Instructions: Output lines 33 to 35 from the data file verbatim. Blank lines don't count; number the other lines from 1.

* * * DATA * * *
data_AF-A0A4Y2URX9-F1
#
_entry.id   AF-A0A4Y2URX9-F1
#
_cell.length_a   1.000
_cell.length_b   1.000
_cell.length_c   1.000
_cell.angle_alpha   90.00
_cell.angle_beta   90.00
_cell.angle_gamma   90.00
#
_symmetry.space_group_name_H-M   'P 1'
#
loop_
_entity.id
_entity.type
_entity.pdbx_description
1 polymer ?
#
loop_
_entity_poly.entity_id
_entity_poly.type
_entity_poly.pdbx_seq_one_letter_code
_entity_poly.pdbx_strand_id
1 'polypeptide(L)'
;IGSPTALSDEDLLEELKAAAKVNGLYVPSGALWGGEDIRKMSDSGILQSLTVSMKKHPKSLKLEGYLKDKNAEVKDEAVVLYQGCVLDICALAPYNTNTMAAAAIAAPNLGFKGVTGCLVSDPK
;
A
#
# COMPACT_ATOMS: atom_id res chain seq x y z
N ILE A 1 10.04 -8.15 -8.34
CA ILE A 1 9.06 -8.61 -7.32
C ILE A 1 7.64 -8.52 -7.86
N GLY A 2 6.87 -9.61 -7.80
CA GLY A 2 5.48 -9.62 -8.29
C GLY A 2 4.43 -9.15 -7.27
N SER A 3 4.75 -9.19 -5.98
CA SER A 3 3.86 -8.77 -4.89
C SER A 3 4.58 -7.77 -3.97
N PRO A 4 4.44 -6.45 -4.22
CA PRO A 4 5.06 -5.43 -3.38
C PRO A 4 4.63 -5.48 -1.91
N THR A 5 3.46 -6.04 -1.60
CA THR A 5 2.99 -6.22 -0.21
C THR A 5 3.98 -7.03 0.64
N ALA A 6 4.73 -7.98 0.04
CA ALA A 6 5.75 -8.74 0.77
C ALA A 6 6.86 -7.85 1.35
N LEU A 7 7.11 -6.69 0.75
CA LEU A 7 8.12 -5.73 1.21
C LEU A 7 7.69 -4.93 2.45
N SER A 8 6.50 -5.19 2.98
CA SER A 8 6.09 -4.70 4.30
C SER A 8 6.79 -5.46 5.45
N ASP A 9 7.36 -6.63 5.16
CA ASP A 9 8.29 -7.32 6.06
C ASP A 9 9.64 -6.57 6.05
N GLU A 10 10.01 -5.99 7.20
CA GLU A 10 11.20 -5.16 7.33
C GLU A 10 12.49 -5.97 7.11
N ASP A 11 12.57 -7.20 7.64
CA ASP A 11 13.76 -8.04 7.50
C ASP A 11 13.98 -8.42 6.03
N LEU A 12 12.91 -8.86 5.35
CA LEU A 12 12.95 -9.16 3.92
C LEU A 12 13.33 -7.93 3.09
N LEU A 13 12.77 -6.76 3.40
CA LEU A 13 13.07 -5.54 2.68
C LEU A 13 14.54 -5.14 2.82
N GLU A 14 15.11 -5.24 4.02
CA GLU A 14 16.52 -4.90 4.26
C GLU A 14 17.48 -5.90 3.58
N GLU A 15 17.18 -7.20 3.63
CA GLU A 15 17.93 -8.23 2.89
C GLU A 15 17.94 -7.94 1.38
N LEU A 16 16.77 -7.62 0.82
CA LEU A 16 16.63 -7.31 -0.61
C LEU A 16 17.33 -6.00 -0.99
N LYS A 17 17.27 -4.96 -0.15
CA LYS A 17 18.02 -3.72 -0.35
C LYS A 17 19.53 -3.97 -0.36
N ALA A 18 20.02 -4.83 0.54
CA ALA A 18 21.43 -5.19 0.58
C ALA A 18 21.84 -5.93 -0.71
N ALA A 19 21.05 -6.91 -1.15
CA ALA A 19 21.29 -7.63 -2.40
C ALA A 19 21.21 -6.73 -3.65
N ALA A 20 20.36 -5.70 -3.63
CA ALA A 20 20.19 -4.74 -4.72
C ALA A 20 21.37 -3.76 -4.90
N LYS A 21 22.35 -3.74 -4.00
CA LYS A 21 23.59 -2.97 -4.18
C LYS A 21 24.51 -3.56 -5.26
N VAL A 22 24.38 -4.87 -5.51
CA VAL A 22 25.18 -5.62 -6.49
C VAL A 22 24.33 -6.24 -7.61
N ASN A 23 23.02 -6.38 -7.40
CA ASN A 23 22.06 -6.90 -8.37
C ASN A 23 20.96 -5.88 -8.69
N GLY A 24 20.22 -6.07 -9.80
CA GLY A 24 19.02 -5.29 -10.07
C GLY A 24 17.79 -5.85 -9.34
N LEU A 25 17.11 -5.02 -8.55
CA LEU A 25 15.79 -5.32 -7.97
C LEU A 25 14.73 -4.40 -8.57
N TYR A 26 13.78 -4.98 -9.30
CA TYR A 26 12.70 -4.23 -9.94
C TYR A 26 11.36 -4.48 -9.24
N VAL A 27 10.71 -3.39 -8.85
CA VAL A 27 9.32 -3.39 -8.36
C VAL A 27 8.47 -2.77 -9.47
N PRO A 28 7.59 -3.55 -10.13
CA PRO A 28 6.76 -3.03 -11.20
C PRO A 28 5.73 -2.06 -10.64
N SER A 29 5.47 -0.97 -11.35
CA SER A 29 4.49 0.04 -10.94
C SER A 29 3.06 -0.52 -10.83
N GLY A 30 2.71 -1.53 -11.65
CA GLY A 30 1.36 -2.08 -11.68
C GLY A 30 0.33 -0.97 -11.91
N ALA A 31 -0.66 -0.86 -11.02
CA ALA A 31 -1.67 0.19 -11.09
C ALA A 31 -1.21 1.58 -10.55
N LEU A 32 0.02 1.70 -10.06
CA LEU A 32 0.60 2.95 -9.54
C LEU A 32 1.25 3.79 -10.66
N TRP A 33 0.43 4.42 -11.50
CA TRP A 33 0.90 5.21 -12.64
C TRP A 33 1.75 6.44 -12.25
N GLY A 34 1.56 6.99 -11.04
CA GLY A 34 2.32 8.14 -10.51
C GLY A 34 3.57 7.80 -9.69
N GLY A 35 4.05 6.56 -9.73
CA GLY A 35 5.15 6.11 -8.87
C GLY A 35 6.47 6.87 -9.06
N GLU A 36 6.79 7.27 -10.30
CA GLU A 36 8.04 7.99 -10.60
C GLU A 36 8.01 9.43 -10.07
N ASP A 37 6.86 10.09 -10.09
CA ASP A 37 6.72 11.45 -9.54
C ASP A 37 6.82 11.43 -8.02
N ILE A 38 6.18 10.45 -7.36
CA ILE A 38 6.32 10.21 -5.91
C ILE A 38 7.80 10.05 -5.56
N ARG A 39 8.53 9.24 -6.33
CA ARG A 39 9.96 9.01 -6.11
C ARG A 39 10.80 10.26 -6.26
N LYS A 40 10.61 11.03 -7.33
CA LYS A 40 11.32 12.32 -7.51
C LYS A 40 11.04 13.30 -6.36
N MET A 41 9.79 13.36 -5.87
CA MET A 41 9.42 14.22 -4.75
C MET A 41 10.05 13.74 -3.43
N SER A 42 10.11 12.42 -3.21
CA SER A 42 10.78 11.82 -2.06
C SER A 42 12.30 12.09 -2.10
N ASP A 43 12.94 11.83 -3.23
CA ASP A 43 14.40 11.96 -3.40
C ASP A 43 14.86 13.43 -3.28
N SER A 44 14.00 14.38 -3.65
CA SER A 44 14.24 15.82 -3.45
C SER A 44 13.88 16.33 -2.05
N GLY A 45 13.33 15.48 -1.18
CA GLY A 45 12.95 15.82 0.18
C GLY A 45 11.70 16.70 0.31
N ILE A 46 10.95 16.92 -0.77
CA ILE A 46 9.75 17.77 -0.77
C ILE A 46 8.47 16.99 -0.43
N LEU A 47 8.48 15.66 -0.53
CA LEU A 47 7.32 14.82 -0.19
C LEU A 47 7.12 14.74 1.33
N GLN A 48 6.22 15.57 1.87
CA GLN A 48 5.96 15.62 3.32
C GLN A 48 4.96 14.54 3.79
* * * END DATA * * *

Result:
C ILE A 1 7.64 -8.52 -7.86
N GLY A 2 6.87 -9.61 -7.80
CA GLY A 2 5.48 -9.62 -8.29